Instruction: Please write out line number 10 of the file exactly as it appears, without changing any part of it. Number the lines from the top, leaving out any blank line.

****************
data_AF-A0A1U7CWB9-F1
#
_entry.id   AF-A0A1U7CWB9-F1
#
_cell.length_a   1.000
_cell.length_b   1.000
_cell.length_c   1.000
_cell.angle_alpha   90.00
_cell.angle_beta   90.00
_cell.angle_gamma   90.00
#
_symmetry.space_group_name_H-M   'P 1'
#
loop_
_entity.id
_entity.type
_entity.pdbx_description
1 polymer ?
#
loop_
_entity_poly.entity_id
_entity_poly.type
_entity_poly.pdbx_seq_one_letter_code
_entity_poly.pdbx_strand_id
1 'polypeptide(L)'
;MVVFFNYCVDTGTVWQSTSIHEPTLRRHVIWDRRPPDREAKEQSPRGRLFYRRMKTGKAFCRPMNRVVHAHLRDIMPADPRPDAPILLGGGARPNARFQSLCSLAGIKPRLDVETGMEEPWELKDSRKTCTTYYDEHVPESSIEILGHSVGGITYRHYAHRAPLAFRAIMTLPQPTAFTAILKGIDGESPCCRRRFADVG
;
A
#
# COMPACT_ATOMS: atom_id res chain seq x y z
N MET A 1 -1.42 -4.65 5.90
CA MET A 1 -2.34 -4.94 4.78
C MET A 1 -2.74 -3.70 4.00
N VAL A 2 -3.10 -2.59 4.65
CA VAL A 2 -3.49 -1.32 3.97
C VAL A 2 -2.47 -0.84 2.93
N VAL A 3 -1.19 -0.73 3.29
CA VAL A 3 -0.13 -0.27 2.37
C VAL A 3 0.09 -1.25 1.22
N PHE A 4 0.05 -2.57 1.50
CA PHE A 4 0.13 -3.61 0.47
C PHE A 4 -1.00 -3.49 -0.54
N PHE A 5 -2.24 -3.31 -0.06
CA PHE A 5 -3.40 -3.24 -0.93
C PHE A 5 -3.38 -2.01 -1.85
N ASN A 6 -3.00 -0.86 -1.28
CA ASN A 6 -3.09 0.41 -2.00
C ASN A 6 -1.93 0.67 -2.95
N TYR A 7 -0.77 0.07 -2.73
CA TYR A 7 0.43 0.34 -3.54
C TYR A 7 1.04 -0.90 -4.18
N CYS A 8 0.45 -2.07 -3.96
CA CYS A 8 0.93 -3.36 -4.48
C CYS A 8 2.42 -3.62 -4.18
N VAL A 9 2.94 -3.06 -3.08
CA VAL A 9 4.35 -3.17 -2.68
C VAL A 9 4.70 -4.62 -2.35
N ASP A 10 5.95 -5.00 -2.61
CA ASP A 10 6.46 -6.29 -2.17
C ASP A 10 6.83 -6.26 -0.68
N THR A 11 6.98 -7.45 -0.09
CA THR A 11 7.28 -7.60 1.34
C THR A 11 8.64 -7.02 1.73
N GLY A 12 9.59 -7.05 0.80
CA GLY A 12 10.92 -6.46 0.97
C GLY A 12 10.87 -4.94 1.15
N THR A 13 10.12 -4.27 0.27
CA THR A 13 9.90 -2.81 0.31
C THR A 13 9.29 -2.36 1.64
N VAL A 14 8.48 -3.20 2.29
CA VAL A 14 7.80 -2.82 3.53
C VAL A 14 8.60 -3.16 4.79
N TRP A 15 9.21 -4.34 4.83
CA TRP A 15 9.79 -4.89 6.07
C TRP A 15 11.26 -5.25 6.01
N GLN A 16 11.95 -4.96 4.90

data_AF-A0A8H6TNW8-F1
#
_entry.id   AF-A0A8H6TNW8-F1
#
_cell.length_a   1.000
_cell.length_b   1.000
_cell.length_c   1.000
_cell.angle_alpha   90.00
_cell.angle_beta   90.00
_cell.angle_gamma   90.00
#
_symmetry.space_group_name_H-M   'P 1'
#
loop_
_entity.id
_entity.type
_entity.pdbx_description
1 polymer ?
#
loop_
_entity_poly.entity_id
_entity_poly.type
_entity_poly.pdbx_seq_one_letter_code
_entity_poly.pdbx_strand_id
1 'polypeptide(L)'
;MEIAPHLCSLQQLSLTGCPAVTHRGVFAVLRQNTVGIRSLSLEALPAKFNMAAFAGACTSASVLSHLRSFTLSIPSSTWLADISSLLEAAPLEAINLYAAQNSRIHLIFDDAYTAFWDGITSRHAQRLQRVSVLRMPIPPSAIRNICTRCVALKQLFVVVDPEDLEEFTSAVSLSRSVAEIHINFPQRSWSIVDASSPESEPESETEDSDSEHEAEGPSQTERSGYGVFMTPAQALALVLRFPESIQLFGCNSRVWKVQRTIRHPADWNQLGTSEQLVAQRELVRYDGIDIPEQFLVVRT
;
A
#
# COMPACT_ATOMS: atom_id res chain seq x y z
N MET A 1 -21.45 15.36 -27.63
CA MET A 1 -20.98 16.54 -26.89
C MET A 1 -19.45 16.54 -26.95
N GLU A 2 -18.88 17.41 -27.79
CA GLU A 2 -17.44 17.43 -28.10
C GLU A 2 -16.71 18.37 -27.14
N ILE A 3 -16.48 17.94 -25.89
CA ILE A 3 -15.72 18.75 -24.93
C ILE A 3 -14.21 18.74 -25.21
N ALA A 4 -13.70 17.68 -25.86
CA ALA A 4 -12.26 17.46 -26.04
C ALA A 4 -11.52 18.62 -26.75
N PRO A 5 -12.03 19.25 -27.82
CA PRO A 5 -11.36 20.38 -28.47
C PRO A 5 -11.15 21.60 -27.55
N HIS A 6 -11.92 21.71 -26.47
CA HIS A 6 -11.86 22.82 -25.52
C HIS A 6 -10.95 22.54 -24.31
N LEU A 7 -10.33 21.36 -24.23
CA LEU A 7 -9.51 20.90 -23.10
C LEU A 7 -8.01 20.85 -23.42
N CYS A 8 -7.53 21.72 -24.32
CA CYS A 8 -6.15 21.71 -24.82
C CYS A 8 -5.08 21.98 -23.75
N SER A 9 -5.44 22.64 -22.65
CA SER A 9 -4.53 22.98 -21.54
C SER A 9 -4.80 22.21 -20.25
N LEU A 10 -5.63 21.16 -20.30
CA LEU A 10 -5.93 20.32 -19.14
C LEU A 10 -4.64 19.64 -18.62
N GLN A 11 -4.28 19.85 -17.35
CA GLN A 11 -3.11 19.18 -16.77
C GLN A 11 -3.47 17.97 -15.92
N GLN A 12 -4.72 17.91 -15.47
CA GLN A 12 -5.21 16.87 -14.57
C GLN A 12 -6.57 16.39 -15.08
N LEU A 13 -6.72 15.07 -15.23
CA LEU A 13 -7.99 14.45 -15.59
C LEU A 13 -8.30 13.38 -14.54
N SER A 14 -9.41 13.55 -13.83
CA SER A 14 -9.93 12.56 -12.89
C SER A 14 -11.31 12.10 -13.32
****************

_cell.angle_gamma   90.00